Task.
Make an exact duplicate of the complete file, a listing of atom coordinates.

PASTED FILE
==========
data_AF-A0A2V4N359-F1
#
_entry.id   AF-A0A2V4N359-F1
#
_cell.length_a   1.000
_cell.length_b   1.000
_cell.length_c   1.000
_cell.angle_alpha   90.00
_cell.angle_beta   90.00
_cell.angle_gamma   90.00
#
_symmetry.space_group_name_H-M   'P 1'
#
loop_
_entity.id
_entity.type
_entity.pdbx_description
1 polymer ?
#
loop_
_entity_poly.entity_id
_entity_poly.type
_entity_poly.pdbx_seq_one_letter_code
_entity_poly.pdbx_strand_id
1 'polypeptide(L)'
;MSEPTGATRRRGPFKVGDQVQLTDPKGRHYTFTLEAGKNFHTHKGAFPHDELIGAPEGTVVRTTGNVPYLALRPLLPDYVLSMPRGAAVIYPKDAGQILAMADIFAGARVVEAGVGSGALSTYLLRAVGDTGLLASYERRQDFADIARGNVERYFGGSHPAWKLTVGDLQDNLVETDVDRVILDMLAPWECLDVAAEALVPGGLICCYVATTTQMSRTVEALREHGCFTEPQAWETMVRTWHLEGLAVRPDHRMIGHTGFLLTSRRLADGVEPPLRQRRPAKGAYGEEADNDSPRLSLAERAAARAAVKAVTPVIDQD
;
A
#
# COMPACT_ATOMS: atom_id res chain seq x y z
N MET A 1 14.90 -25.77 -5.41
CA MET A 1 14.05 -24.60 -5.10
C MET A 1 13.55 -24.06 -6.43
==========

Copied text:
data_AF-A0A2V4N359-F1
#
_entry.id   AF-A0A2V4N359-F1
#
_cell.length_a   1.000
_cell.length_b   1.000
_cell.length_c   1.000
_cell.angle_alpha   90.00
_cell.angle_beta   90.00
_cell.angle_gamma   90.00
#
_symmetry.space_group_name_H-M   'P 1'
#
loop_
_entity.id
_entity.type
_entity.pdbx_description
1 polymer ?
#
loop_
_entity_poly.entity_id
_entity_poly.type
_entity_poly.pdbx_seq_one_letter_code
_entity_poly.pdbx_strand_id
1 'polypeptide(L)'
;MSEPTGATRRRGPFKVGDQVQLTDPKGRHYTFTLEAGKNFHTHKGAFPHDELIGAPEGTVVRTTGNVPYLALRPLLPDYVLSMPRGAAVIYPKDAGQILAMADIFAGARVVEAGVGSGALSTYLLRAVGDTGLLASYERRQDFADIARGNVERYFGGSHPAWKLTVGDLQDNLVETDVDRVILDMLAPWECLDVAAEALVPGGLICCYVATTTQMSRTVEALREHGCFTEPQAWETMVRTWHLEGLAVRPDHRMIGHTGFLLTSRRLADGVEPPLRQRRPAKGAYGEEADNDSPRLSLAERAAARAAVKAVTPVIDQD
;
A
#
# COMPACT_ATOMS: atom_id res chain seq x y z
N MET A 1 14.90 -25.77 -5.41
CA MET A 1 14.05 -24.60 -5.10
C MET A 1 13.55 -24.06 -6.43